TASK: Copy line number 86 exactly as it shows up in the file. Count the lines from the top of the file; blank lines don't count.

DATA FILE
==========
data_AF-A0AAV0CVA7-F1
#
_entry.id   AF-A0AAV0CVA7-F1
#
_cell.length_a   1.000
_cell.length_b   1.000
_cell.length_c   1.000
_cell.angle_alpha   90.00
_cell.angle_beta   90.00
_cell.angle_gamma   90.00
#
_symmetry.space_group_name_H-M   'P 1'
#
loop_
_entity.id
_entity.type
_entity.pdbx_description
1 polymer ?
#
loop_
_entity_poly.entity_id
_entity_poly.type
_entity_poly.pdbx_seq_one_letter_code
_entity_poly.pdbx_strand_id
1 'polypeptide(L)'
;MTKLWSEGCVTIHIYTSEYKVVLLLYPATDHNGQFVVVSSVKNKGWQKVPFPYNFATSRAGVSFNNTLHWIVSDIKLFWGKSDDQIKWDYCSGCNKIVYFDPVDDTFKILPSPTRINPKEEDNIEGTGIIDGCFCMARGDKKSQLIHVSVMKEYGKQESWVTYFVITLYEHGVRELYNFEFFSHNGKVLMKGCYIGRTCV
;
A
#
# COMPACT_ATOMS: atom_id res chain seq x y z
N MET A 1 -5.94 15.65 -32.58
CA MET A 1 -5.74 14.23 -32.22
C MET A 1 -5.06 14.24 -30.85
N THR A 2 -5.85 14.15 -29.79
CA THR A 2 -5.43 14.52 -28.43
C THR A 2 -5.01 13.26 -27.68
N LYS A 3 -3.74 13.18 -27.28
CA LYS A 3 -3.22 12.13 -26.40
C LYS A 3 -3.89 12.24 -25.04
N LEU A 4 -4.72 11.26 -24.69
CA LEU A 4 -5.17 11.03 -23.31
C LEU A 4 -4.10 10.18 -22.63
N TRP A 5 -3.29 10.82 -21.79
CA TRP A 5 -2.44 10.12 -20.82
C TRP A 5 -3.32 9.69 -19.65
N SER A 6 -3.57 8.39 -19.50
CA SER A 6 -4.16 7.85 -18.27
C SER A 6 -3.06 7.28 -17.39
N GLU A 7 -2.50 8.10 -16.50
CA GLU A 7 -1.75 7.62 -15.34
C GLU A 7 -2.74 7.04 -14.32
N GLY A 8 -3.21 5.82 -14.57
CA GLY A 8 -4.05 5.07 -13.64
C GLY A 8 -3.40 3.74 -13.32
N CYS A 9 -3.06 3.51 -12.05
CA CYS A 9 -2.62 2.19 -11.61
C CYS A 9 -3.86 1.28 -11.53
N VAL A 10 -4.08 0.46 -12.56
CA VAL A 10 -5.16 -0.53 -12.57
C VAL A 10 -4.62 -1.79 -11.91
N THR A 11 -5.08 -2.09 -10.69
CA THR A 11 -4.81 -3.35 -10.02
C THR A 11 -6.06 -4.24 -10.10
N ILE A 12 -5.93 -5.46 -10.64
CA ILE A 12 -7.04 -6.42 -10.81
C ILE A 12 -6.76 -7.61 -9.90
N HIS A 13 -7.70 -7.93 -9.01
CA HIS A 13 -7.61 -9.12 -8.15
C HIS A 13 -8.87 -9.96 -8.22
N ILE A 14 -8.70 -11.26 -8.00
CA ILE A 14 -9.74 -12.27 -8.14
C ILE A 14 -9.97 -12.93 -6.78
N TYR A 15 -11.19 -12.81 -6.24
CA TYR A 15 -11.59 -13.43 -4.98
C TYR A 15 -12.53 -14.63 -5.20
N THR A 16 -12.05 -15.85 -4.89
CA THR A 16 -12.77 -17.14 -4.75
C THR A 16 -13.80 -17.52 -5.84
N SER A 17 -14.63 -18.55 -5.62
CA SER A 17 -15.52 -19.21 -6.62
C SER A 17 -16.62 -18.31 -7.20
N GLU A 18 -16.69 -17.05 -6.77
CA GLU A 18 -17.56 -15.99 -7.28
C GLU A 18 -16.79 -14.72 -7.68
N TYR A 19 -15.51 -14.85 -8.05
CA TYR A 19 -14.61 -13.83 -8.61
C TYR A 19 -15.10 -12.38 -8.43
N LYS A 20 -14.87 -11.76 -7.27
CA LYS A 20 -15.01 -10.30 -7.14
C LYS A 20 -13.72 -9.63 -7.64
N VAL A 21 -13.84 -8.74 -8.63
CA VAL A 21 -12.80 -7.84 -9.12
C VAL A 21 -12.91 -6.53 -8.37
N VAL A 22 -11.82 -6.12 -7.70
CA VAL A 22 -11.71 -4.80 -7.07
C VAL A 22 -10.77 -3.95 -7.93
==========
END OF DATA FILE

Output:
CA TYR A 19 -14.61 -13.83 -8.61